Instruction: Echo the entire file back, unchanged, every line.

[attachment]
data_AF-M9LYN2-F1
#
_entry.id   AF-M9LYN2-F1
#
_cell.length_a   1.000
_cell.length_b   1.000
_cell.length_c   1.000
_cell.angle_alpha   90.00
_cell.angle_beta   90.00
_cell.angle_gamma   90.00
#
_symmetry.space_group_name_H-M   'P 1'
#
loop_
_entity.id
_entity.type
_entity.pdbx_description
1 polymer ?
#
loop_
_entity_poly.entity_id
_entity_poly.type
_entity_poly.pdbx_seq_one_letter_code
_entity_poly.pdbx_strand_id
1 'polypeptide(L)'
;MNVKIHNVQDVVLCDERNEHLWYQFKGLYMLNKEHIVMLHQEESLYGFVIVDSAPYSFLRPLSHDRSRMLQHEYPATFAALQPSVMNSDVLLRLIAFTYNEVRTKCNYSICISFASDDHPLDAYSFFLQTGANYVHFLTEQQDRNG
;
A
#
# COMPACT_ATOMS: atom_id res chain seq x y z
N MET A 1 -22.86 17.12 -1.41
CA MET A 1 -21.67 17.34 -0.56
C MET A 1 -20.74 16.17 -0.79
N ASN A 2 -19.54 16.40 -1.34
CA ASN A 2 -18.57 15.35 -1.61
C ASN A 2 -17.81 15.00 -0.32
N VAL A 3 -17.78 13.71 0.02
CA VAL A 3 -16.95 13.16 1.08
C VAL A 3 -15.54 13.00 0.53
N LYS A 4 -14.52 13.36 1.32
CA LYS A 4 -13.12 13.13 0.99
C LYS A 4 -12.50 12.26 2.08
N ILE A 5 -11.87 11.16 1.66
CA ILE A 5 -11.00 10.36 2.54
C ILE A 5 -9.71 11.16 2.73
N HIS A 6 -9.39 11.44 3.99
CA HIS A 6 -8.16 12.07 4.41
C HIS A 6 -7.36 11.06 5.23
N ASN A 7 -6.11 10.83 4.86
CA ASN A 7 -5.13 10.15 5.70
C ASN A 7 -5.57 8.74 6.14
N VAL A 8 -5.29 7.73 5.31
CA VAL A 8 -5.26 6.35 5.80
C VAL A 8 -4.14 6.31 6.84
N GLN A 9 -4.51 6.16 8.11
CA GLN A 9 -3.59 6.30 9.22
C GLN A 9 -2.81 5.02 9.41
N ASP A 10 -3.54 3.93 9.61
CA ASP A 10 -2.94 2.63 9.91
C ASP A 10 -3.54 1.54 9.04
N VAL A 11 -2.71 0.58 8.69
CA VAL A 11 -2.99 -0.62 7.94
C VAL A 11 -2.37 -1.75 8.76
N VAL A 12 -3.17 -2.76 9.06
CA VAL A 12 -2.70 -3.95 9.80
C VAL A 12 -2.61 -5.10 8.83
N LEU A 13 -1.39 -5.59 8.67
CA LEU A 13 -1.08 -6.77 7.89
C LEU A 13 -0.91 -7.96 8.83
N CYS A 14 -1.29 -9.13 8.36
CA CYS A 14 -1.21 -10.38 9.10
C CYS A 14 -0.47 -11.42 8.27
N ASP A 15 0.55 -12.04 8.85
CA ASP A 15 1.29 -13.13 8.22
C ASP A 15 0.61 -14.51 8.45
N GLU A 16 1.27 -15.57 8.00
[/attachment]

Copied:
data_AF-M9LYN2-F1
#
_entry.id   AF-M9LYN2-F1
#
_cell.length_a   1.000
_cell.length_b   1.000
_cell.length_c   1.000
_cell.angle_alpha   90.00
_cell.angle_beta   90.00
_cell.angle_gamma   90.00
#
_symmetry.space_group_name_H-M   'P 1'
#
loop_
_entity.id
_entity.type
_entity.pdbx_description
1 polymer ?
#
loop_
_entity_poly.entity_id
_entity_poly.type
_entity_poly.pdbx_seq_one_letter_code
_entity_poly.pdbx_strand_id
1 'polypeptide(L)'
;MNVKIHNVQDVVLCDERNEHLWYQFKGLYMLNKEHIVMLHQEESLYGFVIVDSAPYSFLRPLSHDRSRMLQHEYPATFAALQPSVMNSDVLLRLIAFTYNEVRTKCNYSICISFASDDHPLDAYSFFLQTGANYVHFLTEQQDRNG
;
A
#
# COMPACT_ATOMS: atom_id res chain seq x y z
N MET A 1 -22.86 17.12 -1.41
CA MET A 1 -21.67 17.34 -0.56
C MET A 1 -20.74 16.17 -0.79
N ASN A 2 -19.54 16.40 -1.34
CA ASN A 2 -18.57 15.35 -1.61
C ASN A 2 -17.81 15.00 -0.32
N VAL A 3 -17.78 13.71 0.02
CA VAL A 3 -16.95 13.16 1.08
C VAL A 3 -15.54 13.00 0.53
N LYS A 4 -14.52 13.36 1.32
CA LYS A 4 -13.12 13.13 0.99
C LYS A 4 -12.50 12.26 2.08
N ILE A 5 -11.87 11.16 1.66
CA ILE A 5 -11.00 10.36 2.54
C ILE A 5 -9.71 11.16 2.73
N HIS A 6 -9.39 11.44 3.99
CA HIS A 6 -8.16 12.07 4.41
C HIS A 6 -7.36 11.06 5.23
N ASN A 7 -6.11 10.83 4.86
CA ASN A 7 -5.13 10.15 5.70
C ASN A 7 -5.57 8.74 6.14
N VAL A 8 -5.29 7.73 5.31
CA VAL A 8 -5.26 6.35 5.80
C VAL A 8 -4.14 6.31 6.84
N GLN A 9 -4.51 6.16 8.11
CA GLN A 9 -3.59 6.30 9.22
C GLN A 9 -2.81 5.02 9.41
N ASP A 10 -3.54 3.93 9.61
CA ASP A 10 -2.94 2.63 9.91
C ASP A 10 -3.54 1.54 9.04
N VAL A 11 -2.71 0.58 8.69
CA VAL A 11 -2.99 -0.62 7.94
C VAL A 11 -2.37 -1.75 8.76
N VAL A 12 -3.17 -2.76 9.06
CA VAL A 12 -2.70 -3.95 9.80
C VAL A 12 -2.61 -5.10 8.83
N LEU A 13 -1.39 -5.59 8.67
CA LEU A 13 -1.08 -6.77 7.89
C LEU A 13 -0.91 -7.96 8.83
N CYS A 14 -1.29 -9.13 8.36
CA CYS A 14 -1.21 -10.38 9.10
C CYS A 14 -0.47 -11.42 8.27
N ASP A 15 0.55 -12.04 8.85
CA ASP A 15 1.29 -13.13 8.22
C ASP A 15 0.61 -14.51 8.45
N GLU A 16 1.27 -15.57 8.00